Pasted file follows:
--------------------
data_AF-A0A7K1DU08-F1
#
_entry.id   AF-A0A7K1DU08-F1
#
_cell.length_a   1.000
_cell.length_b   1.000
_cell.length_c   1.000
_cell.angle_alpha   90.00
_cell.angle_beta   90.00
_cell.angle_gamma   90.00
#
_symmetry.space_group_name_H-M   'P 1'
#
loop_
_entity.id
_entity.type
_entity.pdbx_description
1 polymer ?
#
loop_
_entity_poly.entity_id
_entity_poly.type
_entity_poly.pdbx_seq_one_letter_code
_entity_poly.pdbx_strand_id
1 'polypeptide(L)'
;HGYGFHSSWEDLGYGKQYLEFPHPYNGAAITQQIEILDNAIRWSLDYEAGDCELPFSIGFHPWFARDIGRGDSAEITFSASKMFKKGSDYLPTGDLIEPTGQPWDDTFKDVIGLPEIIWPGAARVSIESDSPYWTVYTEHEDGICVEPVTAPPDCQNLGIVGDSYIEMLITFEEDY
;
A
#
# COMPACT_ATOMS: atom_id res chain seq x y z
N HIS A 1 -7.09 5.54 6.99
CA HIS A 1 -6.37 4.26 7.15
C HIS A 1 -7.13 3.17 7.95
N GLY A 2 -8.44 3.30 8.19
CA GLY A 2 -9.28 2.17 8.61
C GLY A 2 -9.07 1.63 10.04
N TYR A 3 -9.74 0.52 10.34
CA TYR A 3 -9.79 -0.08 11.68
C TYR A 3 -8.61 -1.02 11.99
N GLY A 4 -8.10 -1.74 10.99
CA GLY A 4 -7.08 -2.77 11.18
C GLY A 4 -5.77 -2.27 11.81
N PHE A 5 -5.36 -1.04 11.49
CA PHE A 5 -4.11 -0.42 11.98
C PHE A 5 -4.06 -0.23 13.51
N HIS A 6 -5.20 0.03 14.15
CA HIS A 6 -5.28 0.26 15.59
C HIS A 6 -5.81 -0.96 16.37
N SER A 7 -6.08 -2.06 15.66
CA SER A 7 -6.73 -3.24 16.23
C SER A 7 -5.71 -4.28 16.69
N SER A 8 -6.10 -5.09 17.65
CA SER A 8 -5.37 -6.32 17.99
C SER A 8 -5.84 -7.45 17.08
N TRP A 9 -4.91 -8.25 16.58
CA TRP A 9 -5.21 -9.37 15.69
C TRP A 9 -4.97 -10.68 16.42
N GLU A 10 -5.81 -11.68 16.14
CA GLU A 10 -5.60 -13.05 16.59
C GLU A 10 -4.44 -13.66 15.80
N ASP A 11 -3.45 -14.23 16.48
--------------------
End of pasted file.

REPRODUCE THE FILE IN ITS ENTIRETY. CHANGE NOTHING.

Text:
data_AF-A0A7K1DU08-F1
#
_entry.id   AF-A0A7K1DU08-F1
#
_cell.length_a   1.000
_cell.length_b   1.000
_cell.length_c   1.000
_cell.angle_alpha   90.00
_cell.angle_beta   90.00
_cell.angle_gamma   90.00
#
_symmetry.space_group_name_H-M   'P 1'
#
loop_
_entity.id
_entity.type
_entity.pdbx_description
1 polymer ?
#
loop_
_entity_poly.entity_id
_entity_poly.type
_entity_poly.pdbx_seq_one_letter_code
_entity_poly.pdbx_strand_id
1 'polypeptide(L)'
;HGYGFHSSWEDLGYGKQYLEFPHPYNGAAITQQIEILDNAIRWSLDYEAGDCELPFSIGFHPWFARDIGRGDSAEITFSASKMFKKGSDYLPTGDLIEPTGQPWDDTFKDVIGLPEIIWPGAARVSIESDSPYWTVYTEHEDGICVEPVTAPPDCQNLGIVGDSYIEMLITFEEDY
;
A
#
# COMPACT_ATOMS: atom_id res chain seq x y z
N HIS A 1 -7.09 5.54 6.99
CA HIS A 1 -6.37 4.26 7.15
C HIS A 1 -7.13 3.17 7.95
N GLY A 2 -8.44 3.30 8.19
CA GLY A 2 -9.28 2.17 8.61
C GLY A 2 -9.07 1.63 10.04
N TYR A 3 -9.74 0.52 10.34
CA TYR A 3 -9.79 -0.08 11.68
C TYR A 3 -8.61 -1.02 11.99
N GLY A 4 -8.10 -1.74 10.99
CA GLY A 4 -7.08 -2.77 11.18
C GLY A 4 -5.77 -2.27 11.81
N PHE A 5 -5.36 -1.04 11.49
CA PHE A 5 -4.11 -0.42 11.98
C PHE A 5 -4.06 -0.23 13.51
N HIS A 6 -5.20 0.03 14.15
CA HIS A 6 -5.28 0.26 15.59
C HIS A 6 -5.81 -0.96 16.37
N SER A 7 -6.08 -2.06 15.66
CA SER A 7 -6.73 -3.24 16.23
C SER A 7 -5.71 -4.28 16.69
N SER A 8 -6.10 -5.09 17.65
CA SER A 8 -5.37 -6.32 17.99
C SER A 8 -5.84 -7.45 17.08
N TRP A 9 -4.91 -8.25 16.58
CA TRP A 9 -5.21 -9.37 15.69
C TRP A 9 -4.97 -10.68 16.42
N GLU A 10 -5.81 -11.68 16.14
CA GLU A 10 -5.60 -13.05 16.59
C GLU A 10 -4.44 -13.66 15.80
N ASP A 11 -3.45 -14.23 16.48